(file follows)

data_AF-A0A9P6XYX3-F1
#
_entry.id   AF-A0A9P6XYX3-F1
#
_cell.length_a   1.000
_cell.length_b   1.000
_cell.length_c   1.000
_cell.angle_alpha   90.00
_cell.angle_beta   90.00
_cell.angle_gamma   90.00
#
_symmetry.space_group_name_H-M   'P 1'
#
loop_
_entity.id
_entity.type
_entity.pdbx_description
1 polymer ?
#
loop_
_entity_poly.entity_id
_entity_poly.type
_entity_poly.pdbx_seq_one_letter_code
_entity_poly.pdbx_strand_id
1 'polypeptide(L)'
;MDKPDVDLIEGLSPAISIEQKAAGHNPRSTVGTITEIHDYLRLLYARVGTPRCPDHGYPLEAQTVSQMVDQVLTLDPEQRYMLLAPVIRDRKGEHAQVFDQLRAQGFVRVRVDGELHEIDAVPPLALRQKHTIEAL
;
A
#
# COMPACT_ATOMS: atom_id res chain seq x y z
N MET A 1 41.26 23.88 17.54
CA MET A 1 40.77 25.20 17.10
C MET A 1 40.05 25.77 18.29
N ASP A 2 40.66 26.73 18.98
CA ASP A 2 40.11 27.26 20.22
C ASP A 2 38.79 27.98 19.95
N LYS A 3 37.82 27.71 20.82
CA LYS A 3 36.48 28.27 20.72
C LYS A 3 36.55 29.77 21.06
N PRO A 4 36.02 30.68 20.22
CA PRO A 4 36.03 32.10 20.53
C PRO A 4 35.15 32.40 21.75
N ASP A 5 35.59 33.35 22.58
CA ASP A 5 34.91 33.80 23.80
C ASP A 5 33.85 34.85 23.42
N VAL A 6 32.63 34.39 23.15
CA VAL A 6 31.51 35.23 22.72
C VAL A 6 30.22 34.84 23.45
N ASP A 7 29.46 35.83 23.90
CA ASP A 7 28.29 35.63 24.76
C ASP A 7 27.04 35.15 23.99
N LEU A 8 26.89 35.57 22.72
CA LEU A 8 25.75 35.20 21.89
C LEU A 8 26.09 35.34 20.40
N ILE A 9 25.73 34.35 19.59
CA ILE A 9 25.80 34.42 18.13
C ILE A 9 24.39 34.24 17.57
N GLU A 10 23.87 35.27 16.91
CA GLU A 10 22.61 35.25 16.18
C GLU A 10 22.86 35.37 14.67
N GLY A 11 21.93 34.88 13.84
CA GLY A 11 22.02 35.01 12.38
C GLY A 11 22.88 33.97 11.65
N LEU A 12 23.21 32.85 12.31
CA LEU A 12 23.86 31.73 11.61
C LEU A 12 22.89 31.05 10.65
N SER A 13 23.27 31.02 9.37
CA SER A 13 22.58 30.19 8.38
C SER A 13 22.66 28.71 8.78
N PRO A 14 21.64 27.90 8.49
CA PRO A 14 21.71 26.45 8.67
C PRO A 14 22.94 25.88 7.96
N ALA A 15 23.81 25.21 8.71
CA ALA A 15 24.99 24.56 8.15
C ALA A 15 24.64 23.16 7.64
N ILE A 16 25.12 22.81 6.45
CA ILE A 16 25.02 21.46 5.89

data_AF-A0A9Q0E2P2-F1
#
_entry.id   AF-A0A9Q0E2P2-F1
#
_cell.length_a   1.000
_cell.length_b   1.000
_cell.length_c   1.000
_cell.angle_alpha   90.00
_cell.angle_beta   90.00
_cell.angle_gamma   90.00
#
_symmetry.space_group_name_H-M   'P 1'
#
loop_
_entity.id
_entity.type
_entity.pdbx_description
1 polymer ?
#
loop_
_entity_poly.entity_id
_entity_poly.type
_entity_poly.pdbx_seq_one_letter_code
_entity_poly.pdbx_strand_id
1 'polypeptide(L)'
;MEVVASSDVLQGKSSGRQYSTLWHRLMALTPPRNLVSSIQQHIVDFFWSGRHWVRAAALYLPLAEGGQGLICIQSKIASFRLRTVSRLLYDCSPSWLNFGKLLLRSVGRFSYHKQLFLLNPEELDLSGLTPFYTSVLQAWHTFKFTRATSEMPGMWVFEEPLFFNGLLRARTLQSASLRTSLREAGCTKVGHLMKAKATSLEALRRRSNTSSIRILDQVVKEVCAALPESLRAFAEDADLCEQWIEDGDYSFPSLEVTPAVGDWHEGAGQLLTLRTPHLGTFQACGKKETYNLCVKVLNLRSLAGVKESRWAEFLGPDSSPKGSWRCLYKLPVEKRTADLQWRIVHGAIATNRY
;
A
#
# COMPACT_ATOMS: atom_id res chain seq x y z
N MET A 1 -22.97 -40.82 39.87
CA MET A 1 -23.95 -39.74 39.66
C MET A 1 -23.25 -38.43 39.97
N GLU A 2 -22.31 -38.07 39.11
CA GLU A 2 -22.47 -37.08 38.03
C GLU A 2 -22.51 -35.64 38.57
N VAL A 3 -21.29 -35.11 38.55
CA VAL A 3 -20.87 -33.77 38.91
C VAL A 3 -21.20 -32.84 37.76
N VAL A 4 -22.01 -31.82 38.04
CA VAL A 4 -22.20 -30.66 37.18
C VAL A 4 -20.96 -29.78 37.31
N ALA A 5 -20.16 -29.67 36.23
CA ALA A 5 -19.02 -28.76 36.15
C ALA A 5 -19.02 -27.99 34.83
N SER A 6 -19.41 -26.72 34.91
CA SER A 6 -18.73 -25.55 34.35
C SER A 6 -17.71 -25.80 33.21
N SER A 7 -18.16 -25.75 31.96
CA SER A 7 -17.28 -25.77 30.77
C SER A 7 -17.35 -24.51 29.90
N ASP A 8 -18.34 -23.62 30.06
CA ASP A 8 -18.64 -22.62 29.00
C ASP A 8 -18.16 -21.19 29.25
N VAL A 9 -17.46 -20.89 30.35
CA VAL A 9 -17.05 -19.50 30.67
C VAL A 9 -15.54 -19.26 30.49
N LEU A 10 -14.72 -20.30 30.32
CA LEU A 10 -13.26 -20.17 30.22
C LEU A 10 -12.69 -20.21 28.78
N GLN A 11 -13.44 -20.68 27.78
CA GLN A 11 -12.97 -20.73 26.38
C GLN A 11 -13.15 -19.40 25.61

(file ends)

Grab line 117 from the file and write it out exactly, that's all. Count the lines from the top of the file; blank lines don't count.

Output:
N VAL A 4 -22.01 -31.82 38.04